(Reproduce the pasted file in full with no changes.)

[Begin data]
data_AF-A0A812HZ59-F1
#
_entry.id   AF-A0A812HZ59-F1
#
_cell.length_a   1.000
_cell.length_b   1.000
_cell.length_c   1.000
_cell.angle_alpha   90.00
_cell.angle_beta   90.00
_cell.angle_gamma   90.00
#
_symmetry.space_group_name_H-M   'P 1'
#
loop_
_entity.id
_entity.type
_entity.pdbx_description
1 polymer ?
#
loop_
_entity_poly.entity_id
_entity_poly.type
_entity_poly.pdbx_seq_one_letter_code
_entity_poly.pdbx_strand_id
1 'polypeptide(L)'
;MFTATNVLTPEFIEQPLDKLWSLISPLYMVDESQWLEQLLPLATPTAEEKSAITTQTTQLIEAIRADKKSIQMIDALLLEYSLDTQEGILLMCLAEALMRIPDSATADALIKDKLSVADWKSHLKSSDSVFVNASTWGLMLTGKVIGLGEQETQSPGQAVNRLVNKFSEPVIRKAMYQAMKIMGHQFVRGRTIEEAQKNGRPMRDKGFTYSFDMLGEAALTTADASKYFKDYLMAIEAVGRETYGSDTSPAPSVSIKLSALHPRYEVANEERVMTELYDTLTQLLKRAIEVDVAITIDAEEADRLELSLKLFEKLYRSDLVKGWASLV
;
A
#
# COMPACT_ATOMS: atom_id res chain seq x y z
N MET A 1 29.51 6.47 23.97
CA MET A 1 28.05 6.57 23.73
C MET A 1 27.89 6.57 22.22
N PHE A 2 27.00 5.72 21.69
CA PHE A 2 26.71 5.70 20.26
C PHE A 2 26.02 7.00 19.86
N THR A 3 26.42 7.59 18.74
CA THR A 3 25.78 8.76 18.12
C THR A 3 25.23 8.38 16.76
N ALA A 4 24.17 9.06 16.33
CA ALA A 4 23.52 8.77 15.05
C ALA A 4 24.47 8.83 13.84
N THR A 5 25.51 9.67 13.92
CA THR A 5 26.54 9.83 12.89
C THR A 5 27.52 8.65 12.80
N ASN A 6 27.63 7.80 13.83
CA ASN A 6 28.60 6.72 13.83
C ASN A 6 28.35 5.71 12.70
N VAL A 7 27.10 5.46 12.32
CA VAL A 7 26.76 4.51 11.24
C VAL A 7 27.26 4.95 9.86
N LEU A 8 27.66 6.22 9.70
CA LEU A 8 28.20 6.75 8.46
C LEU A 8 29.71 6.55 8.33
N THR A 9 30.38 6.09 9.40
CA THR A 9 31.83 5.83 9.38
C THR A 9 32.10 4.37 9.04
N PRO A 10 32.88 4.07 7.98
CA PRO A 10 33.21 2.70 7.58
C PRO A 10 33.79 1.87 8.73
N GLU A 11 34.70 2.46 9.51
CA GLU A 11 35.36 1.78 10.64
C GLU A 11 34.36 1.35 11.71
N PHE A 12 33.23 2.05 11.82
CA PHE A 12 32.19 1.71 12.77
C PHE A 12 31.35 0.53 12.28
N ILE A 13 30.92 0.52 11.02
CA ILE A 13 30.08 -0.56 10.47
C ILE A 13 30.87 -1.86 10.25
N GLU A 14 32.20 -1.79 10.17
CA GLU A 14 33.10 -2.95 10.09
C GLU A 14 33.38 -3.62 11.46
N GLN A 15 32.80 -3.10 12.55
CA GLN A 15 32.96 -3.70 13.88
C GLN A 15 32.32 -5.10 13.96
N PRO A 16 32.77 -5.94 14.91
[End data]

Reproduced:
data_AF-A0A812HZ59-F1
#
_entry.id   AF-A0A812HZ59-F1
#
_cell.length_a   1.000
_cell.length_b   1.000
_cell.length_c   1.000
_cell.angle_alpha   90.00
_cell.angle_beta   90.00
_cell.angle_gamma   90.00
#
_symmetry.space_group_name_H-M   'P 1'
#
loop_
_entity.id
_entity.type
_entity.pdbx_description
1 polymer ?
#
loop_
_entity_poly.entity_id
_entity_poly.type
_entity_poly.pdbx_seq_one_letter_code
_entity_poly.pdbx_strand_id
1 'polypeptide(L)'
;MFTATNVLTPEFIEQPLDKLWSLISPLYMVDESQWLEQLLPLATPTAEEKSAITTQTTQLIEAIRADKKSIQMIDALLLEYSLDTQEGILLMCLAEALMRIPDSATADALIKDKLSVADWKSHLKSSDSVFVNASTWGLMLTGKVIGLGEQETQSPGQAVNRLVNKFSEPVIRKAMYQAMKIMGHQFVRGRTIEEAQKNGRPMRDKGFTYSFDMLGEAALTTADASKYFKDYLMAIEAVGRETYGSDTSPAPSVSIKLSALHPRYEVANEERVMTELYDTLTQLLKRAIEVDVAITIDAEEADRLELSLKLFEKLYRSDLVKGWASLV
;
A
#
# COMPACT_ATOMS: atom_id res chain seq x y z
N MET A 1 29.51 6.47 23.97
CA MET A 1 28.05 6.57 23.73
C MET A 1 27.89 6.57 22.22
N PHE A 2 27.00 5.72 21.69
CA PHE A 2 26.71 5.70 20.26
C PHE A 2 26.02 7.00 19.86
N THR A 3 26.42 7.59 18.74
CA THR A 3 25.78 8.76 18.12
C THR A 3 25.23 8.38 16.76
N ALA A 4 24.17 9.06 16.33
CA ALA A 4 23.52 8.77 15.05
C ALA A 4 24.47 8.83 13.84
N THR A 5 25.51 9.67 13.92
CA THR A 5 26.54 9.83 12.89
C THR A 5 27.52 8.65 12.80
N ASN A 6 27.63 7.80 13.83
CA ASN A 6 28.60 6.72 13.83
C ASN A 6 28.35 5.71 12.70
N VAL A 7 27.10 5.46 12.32
CA VAL A 7 26.76 4.51 11.24
C VAL A 7 27.26 4.95 9.86
N LEU A 8 27.66 6.22 9.70
CA LEU A 8 28.20 6.75 8.46
C LEU A 8 29.71 6.55 8.33
N THR A 9 30.38 6.09 9.40
CA THR A 9 31.83 5.83 9.38
C THR A 9 32.10 4.37 9.04
N PRO A 10 32.88 4.07 7.98
CA PRO A 10 33.21 2.70 7.58
C PRO A 10 33.79 1.87 8.73
N GLU A 11 34.70 2.46 9.51
CA GLU A 11 35.36 1.78 10.64
C GLU A 11 34.36 1.35 11.71
N PHE A 12 33.23 2.05 11.82
CA PHE A 12 32.19 1.71 12.77
C PHE A 12 31.35 0.53 12.28
N ILE A 13 30.92 0.52 11.02
CA ILE A 13 30.08 -0.56 10.47
C ILE A 13 30.87 -1.86 10.25
N GLU A 14 32.20 -1.79 10.17
CA GLU A 14 33.10 -2.95 10.09
C GLU A 14 33.38 -3.62 11.46
N GLN A 15 32.80 -3.10 12.55
CA GLN A 15 32.96 -3.70 13.88
C GLN A 15 32.32 -5.10 13.96
N PRO A 16 32.77 -5.94 14.91